Breathing exercises can be approached using the three-pronged approach to mindfulness, discussed in the previous blog (Mindfulness and the ED doctor #16)5.

Breathing strategies can be applied “on the run” as a moment of anxiety, conflict or any other threat to you sense of calm is detected.

They are applied differently in designated “practice periods” when you set aside a time, perhaps as little as 5 minutes, but increasing to 10 minutes, or even a 20-minute session each day, as you feel comfortable.

Breathing on the run

At the very moment that you sense stress in yourself, remember something very simple.

Make this into a discipline, and each time you remember, you will reinforce your capability to return to a sense of calm, regardless of the external situation. Yes, of course we all forget initially, but progressively we collectively will remember.

At each stress moment, structure your next few breaths to be slower and deeper, using a counting technique such as “one… two… three… four” spaced about a second apart, as you breathe in.

As your lungs are filled, briefly pause, then as you breathe out count back “four… three… two… one”, again spacing the numbers over about 4 seconds.

Repeat this, making it your absolute focus, for a few more breaths.  You may have to curtail the number of breaths if the external situation is urgent, but even one structured breath will enable you to change tracks, as it were, to a more mindful place from which to create your response to the situation.

Taking control of your breathing reminds your mind that you are the boss, the executive in control.  The anatomical correlation is that you are deciding during your breathing exercise to give the prefrontal cortex (our emotional regulation centre) more prominence than the amygdaloid nucleus (our “fight and flight” reflex centre).

As your physiological reaction to the external stress starts to become calmer, you might use some affirmations like “I’ve got this”, or whatever resonates with you.  Affirmations reinforce the change you are creating in your default reaction, and are another one of the many mindfulness strategies available.

Breathing for longer practice periods

Do you remember way back in the early articles, how I mentioned the transition zone techniques that we can utilise either singly, or all at once, to train our mind in the early difficult entry from “daily life” into “stillness”?

We will look at each of these in more detail, but firstly breathing.  As you sit for a more extended period, the 4 seconds/4 seconds cycle can be the starting point, and as this feels comfortable, extend the times to a 4 seconds inspiration / 8 seconds expiration pattern, and even slower as you can.  You may need to adjust the depth of breaths and don’t become breathless in your efforts; simply take a few recovery breaths and then try the progressive slowing again.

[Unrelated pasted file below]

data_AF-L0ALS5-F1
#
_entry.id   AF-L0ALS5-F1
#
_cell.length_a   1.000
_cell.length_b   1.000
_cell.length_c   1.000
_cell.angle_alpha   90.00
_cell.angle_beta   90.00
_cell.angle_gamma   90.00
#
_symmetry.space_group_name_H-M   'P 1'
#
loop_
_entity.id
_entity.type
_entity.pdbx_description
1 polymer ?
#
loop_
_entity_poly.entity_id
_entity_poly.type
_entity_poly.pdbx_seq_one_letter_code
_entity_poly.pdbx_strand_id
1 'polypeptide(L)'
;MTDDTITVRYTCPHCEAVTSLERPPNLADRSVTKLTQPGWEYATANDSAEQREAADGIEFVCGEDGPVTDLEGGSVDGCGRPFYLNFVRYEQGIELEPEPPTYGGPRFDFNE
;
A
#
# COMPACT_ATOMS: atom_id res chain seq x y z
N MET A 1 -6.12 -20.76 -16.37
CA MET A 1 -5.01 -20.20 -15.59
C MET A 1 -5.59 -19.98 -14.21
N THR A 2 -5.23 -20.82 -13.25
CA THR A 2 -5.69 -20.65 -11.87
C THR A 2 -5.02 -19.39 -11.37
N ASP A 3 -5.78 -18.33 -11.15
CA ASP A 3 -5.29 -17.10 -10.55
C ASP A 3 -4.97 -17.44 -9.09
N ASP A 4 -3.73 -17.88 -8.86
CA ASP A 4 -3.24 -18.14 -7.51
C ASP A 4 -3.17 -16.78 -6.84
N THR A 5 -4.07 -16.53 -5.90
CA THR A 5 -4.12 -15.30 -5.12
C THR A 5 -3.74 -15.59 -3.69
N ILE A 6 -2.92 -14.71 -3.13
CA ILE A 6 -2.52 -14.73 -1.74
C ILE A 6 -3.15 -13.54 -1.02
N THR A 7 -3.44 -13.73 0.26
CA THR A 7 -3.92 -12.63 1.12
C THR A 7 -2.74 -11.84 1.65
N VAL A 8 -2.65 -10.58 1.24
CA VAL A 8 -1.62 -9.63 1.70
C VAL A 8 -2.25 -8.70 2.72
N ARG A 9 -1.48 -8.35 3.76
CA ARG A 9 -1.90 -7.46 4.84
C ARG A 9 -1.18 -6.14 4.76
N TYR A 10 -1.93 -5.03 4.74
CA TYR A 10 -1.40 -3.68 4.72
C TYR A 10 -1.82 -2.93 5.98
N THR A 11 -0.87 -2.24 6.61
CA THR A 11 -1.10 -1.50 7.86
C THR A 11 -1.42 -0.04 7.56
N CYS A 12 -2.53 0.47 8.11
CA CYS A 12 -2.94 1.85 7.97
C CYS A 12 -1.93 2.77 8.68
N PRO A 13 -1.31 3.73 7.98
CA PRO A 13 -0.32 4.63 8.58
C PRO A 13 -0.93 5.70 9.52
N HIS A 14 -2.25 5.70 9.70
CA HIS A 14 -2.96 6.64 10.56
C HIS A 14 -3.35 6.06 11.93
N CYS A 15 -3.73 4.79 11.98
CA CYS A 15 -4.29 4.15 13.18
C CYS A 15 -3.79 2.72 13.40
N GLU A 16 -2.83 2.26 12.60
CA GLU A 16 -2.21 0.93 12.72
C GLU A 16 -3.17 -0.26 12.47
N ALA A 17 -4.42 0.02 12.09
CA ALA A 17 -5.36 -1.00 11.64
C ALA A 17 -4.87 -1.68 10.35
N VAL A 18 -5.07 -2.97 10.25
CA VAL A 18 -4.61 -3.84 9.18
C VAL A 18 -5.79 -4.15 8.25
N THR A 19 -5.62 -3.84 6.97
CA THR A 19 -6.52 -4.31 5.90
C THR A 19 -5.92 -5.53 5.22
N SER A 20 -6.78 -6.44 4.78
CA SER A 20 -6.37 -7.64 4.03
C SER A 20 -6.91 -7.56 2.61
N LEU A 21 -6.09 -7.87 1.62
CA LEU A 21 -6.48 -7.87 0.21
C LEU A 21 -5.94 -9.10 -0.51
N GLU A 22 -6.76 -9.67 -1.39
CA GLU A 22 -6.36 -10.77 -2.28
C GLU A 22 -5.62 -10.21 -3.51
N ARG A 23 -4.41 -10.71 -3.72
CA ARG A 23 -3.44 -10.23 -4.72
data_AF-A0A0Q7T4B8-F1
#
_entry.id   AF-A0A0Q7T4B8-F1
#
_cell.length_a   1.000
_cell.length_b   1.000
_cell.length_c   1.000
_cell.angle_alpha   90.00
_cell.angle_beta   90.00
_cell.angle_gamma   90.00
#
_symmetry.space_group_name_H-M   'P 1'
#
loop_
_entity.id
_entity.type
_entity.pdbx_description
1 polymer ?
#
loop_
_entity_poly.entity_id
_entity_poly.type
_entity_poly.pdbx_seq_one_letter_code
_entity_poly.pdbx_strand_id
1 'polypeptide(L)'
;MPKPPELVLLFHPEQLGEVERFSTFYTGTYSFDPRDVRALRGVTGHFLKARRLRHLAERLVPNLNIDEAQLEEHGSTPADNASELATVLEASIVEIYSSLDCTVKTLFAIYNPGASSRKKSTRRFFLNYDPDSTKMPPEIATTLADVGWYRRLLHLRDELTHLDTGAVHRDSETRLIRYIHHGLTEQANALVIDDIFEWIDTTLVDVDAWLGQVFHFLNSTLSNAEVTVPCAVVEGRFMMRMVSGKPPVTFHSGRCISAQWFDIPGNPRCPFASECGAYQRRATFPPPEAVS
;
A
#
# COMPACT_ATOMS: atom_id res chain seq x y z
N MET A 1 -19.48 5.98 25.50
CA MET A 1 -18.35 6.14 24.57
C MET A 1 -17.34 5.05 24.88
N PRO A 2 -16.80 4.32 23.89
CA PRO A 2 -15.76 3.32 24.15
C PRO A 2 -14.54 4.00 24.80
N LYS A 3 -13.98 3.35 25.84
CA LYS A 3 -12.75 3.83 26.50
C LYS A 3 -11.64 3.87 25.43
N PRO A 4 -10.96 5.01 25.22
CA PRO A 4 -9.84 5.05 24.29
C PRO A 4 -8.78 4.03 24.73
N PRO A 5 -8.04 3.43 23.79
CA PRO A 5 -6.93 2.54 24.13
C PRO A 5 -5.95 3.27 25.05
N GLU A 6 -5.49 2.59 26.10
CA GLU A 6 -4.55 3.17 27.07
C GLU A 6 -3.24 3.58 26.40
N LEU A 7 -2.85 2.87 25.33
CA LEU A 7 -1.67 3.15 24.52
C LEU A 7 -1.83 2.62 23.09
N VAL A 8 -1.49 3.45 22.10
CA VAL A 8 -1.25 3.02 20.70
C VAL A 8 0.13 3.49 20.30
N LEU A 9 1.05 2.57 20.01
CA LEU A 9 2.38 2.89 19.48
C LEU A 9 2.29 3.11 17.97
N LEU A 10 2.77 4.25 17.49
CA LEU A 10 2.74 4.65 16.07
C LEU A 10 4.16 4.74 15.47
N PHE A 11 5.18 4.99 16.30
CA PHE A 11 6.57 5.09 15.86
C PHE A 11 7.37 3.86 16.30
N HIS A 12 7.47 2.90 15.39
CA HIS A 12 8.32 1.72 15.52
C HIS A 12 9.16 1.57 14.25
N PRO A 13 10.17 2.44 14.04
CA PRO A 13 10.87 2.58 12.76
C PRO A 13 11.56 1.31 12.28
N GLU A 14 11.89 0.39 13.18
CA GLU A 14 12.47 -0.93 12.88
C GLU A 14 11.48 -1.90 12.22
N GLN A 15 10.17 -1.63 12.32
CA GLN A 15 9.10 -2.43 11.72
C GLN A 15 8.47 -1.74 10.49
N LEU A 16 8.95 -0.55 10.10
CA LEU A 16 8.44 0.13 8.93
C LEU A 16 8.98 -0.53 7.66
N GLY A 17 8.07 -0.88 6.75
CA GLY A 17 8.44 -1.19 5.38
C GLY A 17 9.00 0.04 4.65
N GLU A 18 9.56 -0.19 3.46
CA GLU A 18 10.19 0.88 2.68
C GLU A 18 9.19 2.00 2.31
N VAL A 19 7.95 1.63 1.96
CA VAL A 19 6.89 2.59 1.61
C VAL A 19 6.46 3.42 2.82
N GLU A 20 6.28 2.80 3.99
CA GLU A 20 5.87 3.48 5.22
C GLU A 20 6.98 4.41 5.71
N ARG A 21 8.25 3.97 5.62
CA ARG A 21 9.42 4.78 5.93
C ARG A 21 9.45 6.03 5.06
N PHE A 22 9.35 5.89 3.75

By watching and regulating your breathing, the “stress” thoughts and their associated emotional reactions are effectively starved of oxygen.  In their place, stillness starts.

In deep relaxation, you may find that you actually have pauses in breathing, or that your respiratory rate decreases significantly for a time, as your mind becomes really still.

Try it for yourself.

Thank you for reading this, and take care of yourself.

Further reading
  1. Hạnh TN. The Miracle of Mindfulness: An Introduction to the Practice of Meditation. Boston, MA: Beacon Press; 1975. 2e 1996
  2. Kabat-Zinn, J. Wherever you go, there you are: Mindfulness Meditation in Everyday Life. Hachette Books, 2005
  3. Ingram DM. Mastering the Core Teachings of the Buddha: An Unusually Hardcore Dharma Book – Revised and Expanded Edition. Aeon Books 2018 [Publisher PDF]
  4. Stockholm syndrome – definition, examples and facts
  5. Dean A. mindfulness 102. LITFL

Waiver: These articles represent my own views and approach to mindfulness, and do not purport to be the official view of ACEM.  They are not intended to replace appropriate medical or mental health care, provided by professionals in these domains


A/Prof Andrew Dean, MBBS FACEM Grad Cert Clinical Simulation. Emergency Physician and DEMT at St John of God Hospital, Ballarat, Victoria, Australia. Head of Ballarat Rural Clinical School, School of Medicine Sydney, University of Notre Dame Australia.
Still searching for new and innovative teaching methods for emergency medicine education.  Also a committed advocate for mindfulness meditation, and the nurturing of emotionally intelligent clinical teams in health care.